In 1906, British Colonel Percy Fawcett was sent to the Amazon to map the border between Brazil and Bolivia. On the spot, the explorer discovers traces of what he thinks is a very old lost city. This quest will obsess him all his life. In May 1925, after many expeditions, the English explorer Percy Fawcett vanished into the Amazon jungle. Jack, his eldest son, and Raleigh Rimell, his best friend, disappeared with him.
To date, there is no certainty as to the exact fate of the three men. However, in his 2009 book, The Lost City of Z, American journalist David Grann proposed a plausible theory, in addition to providing a detailed account of Fawcett's exploits, which proved the existence of long ago Of an advanced civilization in the heart of the Amazon. The book inspired a film of the same name, "Z" being the nickname that Fawcett had given to his Eldorado.
As soon as the first images, a sequence of hunting to run, one knows in the presence of a sumptuous work. This is not surprising, despite a budget of $ 30 million, a copious but almost derisory amount for this type of productions commanding an epic frame. And it is not to mention the financial imperatives of the historical reconstruction that we have before us, opulent without being ostentatious.
No surprise in front of this superb bill, therefore, since it is James Gray who directed The Lost City of Z, in addition to signing the scenario. One of the most talented filmmakers of his generation, Gray, 48, has made his mark with almost all his films Little Odessa, The Yards and We Own the Night, and Two Lovers, splendid criminal ruminations, then sentimental, respectively. To these contemporary narratives succeeded, a chronicle taking place in the New York of the 1920s inspired by the history of the author's grandparents.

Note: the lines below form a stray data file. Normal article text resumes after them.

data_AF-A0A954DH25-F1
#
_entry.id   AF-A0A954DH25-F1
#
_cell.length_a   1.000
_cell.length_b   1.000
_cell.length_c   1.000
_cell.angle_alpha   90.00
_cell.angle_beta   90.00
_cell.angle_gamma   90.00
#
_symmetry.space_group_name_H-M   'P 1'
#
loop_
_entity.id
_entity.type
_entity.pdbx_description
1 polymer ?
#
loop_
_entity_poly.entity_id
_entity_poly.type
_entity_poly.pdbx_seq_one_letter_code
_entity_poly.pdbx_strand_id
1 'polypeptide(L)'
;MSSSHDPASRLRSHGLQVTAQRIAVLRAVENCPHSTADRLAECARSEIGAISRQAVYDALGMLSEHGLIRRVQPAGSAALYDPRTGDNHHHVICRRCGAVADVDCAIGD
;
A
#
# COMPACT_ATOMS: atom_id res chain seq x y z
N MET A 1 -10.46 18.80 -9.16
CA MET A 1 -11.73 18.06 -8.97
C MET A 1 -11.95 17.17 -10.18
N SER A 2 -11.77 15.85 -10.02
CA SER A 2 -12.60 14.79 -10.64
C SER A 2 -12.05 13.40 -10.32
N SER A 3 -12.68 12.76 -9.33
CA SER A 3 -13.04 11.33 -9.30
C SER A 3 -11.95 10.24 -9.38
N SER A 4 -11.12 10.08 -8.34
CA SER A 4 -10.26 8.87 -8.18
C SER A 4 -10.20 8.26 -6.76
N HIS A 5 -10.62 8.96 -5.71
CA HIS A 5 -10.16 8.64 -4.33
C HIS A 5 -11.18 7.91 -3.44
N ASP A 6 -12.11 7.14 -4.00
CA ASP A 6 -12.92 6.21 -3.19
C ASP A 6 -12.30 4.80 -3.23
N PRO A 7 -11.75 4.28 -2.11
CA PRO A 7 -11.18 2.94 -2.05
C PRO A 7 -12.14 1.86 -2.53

If the Lost City of Z sees him revisiting the same historical period, the film nevertheless marks an important turning point in his career. Indeed, it is the first time that it leaves New York and its surroundings for the benefit of England, Bolivia and Brazil.
However, the protagonist of his most recent opus is typical of his cinema. Ridiculed in his time by his peers, Percy Fawcett maintained the course despite the increasing marginality towards which it was pushed. In this, he is not very far from the anti-heroes of the first three films of Gray, all pariahs within their families.
Darkly elegant, The Lost City of Z is the film's most captivating film from a strictly aesthetic point of view. Whether it is confined to starched interiors or unfolds in an infinite verdure, its staging multiplies the abundant pictures, which are magnified by the exquisite light of Darius Khondji (Delicatessen, Love). The intrigue, exciting, is not left out.
Charlie Hunnam (Crimson Peak) embodies Fawcett with conviction, while Sienna Miller (American Sniper) shines as a patient wife, but who does not hesitate to place her husband before his contradictions, who preaches respect for the so-called savage peoples while the notion of equality between men and women escapes him completely.
Indiana Jones without the supernatural, Fitzcarraldo without the madness, The Lost City of Z haunts and dazzles. Of course, the memory of Fitzcarraldo emerges. That of Apocalypse. Now also. And even, in a way, that of the Mission. But the approach that James Gray takes has still something much more stripped.
The director of Two Lovers and The Immigrant, whom we could never have suspected of wanting to dive into a project of this nature, is engulfed in the Amazonian jungle and reveals its hypnotic, captivating nature, Recently made the Colombian filmmaker Ciro Guerra with The Footprint of the Snake. As a result, the characters become almost secondary in this story, even if the filmmaker, who here draws a script from the novel by David Grann, puts forward the obsessive quest of a man whose claims have never been taken Seriously during his lifetime.
Charlie Hunnam, Robert Pattinson (unrecognizable) and Sienna Miller perform well, but the real stars of the film are Darius Khondji, the director of photography, and James Gray, who takes us on a real cinematic adventure.